From eating to speaking clearly, the tongue plays a vital role in our lives, one that we likely take for granted. For kiddos who have tongue tie, seemingly simple actions become much more difficult to accomplish. So, ‘what is tongue tie?’ and how can speech therapy help kids with this mouthy issue? Let’s chat!
A Case of Tongue Tie
Also called ankyloglossia, tongue tie involves the frenulum, which is the thin band of tissue that runs from the bottom of your tongue to the bottom of your mouth. When tongue tie happens, our friend, the frenulum, becomes a little less friendly. In the presence of tongue tie, the frenulum is too short, too tight, too thick, or is still located at the tip of the tongue (it’s supposed to move back down the tongue a bit). Cases can range from severe to mild. Tongue tie becomes a big problem when it affects the tongue’s range of motion. Keep in mind that tongue tie is different from lip tie. Lip tie involves the piece of tissue that stretches behind your upper lip, which is called the maxillary labial frenum. If you move your tongue around to these locations in your mouth, you’ll be able to feel just what we’re talking about.
Fun Fact: A fancy name for tongue tie is ankyloglossia.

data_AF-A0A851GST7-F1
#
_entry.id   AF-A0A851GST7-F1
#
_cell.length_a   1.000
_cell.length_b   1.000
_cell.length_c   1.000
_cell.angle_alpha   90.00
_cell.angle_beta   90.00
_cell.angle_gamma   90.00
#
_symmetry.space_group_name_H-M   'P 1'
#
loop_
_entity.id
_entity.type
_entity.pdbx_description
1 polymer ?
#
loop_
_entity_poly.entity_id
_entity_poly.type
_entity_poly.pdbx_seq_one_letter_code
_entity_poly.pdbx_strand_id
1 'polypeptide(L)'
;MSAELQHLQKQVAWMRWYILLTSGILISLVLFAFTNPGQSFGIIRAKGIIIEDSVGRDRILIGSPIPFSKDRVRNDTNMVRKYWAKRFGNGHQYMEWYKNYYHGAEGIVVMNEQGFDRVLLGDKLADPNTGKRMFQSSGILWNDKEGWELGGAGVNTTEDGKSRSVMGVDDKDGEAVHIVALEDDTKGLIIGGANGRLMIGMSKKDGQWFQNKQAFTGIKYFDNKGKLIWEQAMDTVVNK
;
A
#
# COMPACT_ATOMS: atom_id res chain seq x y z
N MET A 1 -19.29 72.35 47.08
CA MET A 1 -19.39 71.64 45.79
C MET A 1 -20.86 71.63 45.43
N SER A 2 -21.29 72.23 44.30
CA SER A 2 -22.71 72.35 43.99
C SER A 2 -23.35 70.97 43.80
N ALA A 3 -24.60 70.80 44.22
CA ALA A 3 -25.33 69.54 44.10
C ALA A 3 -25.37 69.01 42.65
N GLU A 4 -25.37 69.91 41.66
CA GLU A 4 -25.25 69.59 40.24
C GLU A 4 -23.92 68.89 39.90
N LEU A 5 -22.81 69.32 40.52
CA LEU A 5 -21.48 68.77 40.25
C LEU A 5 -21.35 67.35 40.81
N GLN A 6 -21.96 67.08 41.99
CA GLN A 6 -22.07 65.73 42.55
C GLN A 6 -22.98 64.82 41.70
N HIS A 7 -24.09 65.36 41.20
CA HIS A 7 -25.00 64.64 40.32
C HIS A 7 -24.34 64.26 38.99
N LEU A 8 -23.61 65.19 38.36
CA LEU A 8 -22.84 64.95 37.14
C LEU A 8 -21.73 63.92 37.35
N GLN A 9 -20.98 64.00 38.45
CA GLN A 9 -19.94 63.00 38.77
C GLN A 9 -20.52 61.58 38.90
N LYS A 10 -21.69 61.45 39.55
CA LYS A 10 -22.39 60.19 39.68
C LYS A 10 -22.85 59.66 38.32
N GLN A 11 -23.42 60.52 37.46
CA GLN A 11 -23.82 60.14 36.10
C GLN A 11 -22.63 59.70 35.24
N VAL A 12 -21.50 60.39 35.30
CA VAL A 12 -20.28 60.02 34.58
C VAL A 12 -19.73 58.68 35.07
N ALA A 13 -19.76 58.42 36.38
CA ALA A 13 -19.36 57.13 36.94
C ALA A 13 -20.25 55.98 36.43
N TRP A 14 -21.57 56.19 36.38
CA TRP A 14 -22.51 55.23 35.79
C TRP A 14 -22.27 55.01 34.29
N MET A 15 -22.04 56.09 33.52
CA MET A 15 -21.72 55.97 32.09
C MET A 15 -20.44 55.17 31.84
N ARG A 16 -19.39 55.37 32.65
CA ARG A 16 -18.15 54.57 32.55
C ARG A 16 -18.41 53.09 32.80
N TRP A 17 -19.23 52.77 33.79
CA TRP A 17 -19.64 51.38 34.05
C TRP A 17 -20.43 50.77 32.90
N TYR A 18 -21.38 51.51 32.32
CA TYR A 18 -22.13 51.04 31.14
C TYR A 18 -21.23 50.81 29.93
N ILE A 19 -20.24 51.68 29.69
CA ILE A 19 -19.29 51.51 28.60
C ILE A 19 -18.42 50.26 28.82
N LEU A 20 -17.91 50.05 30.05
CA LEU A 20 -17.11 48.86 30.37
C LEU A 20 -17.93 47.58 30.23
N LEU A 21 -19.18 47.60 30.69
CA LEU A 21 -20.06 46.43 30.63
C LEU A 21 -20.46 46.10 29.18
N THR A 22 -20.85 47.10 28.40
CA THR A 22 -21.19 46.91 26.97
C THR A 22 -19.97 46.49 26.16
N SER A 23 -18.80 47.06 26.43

Tongue Tie Negatively Affects Range of Motion
Similar to cleft palates and cleft lips, tongue tie forms before your little one is born. The cause is unknown, but in some cases, genetics appears to play a role. Boys tend to get this condition more often than girls as well. Unfortunately, tongue tie brings about other issues because of the tongue’s limited mobility in the mouth. Kids with tongue tie can struggle with clearly speaking, breastfeeding, swallowing, and even engaging in activities like playing certain instruments that involve the tongue. In some cases, more than one professional gets involved in addition to your child’s pediatrician such as an ENT (ear, nose, throat) specialist or a speech therapist. You can count on our speech therapy team to help!
Speaking from Experience
A major complication with tongue tie is that it can make speech difficult to understand. This is when a speech therapist will step in to help. Think about what sounds utilize the tongue’s movement. If you’re thinking about the sounds d, z, r, l, t, th then you’re on track. Make those right now, and see how your tongue needs to move in order to produce an accurate sound. A speech therapist will help improve the enunciation of these sounds, which will help your little one be better understood. We recommend avoiding the “wait and see if things get better” approach. Children can easily develop bad habits with speech, and the longer you wait, the harder issues are to correct. Early treatment is the secret sauce to great success.
We’re here for you for speech therapy, feeding therapy, occupational therapy, and physical therapy needs! We work so hard to help kiddos improve the lives they lead every day. Give us a call today.